Volume 2, Issue 6 (3-2013)                   2013, 2(6): 121-131 | Back to browse issues page

XML Persian Abstract Print

Deprtment of Agron. and Plant Breed., College of Agric., Ferdowsi Univ. of Mashhad, Mashhad, Iran. , eizadi2000@yahoo.com
Abstract:   (7536 Views)
To study the sensitivity of chick pea, bean, lentil, rapeseed, sugarbeet and tomato to soil residual concentration of Idosulfuron-mesosulfurun herbicide, an experiment was carried out under controlled conditions at the College of Agriculture, Ferdowsi University of Mashhad, Iran, in 2010. The studied factors were the 6 mentioned crops, and 7 levels of soil residual concentration of Idosulfuron-mesosulfurun herbicide (0, 0.0015, 0.0037, 0.0079, 0.015, 0.031 and 0.047 mg per kg of soil). The factorial experiment was carried out as a completely randomized design with three replications. Crops' emergence percentage was determined one week after their emergence. Plants' survival percentage and shoot and root biomass production were measured 30 days after their emergence. Results showed that all mentioned characteristics decreased significantly (P<0.01) in the presence of soil residue of the herbicide. Increasing Idosulfuron-mesosulfurun residual concentration in soil decreased emergence and shoot and root biomass production. Bean had the lowest shoot (44%) and root (66.78%) biomass loss and tomato had the highest shoot (96.38%) and root (89.64%) biomass loss. Based on ED50 index, pea (0.0079 mg/kg soil) was the most tolerant and tomato (0.0003 mg/kg soil) was the most susceptible crop to soil residues of Idosulfuron-mesosulfurun, and other crops ranked in between as: tomato< sugarbeet< rapeseed< lentil< bean< pea. In general, these results showed that soil residue of Idosulfuron-mesosulfurun can injure rotation crops and it is important to consider their sensitivity in rotation programming.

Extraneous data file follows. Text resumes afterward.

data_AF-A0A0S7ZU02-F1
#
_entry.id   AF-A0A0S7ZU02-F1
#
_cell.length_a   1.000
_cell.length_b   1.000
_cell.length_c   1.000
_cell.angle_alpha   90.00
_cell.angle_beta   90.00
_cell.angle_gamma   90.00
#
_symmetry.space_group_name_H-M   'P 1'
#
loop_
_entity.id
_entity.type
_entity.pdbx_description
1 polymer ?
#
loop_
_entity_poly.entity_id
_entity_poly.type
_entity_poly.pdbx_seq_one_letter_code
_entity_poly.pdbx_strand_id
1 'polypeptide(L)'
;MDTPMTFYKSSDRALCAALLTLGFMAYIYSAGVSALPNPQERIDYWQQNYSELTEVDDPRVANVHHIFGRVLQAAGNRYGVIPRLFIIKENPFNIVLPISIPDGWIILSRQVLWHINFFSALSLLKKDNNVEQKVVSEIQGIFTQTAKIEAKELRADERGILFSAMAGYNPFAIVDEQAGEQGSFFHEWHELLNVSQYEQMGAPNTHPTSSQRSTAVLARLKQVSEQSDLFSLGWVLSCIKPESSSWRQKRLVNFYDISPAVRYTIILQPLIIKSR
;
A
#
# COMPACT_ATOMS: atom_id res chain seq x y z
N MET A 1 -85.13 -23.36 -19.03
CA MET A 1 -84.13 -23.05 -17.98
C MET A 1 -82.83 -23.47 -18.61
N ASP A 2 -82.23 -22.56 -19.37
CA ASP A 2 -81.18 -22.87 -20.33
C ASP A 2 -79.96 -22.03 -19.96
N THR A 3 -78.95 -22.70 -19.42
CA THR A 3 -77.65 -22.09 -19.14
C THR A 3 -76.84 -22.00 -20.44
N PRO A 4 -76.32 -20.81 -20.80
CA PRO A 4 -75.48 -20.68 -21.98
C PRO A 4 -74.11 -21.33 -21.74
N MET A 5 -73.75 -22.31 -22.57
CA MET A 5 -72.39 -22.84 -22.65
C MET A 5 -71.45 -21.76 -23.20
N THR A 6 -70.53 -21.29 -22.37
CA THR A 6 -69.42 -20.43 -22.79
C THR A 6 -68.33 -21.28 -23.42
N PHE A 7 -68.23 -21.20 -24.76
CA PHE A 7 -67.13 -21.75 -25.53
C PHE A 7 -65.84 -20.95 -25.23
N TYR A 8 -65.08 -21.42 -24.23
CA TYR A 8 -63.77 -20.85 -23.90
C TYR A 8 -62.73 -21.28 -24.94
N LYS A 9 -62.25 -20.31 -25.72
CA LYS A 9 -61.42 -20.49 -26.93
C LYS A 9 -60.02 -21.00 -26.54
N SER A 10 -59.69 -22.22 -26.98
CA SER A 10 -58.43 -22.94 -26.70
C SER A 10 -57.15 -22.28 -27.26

Full-Text [PDF 179 kb]   (2073 Downloads)    
Type of Study: Applicable | Subject: General

Rights and permissions
Creative Commons License This work is licensed under a Creative Commons Attribution-NonCommercial 4.0 International License.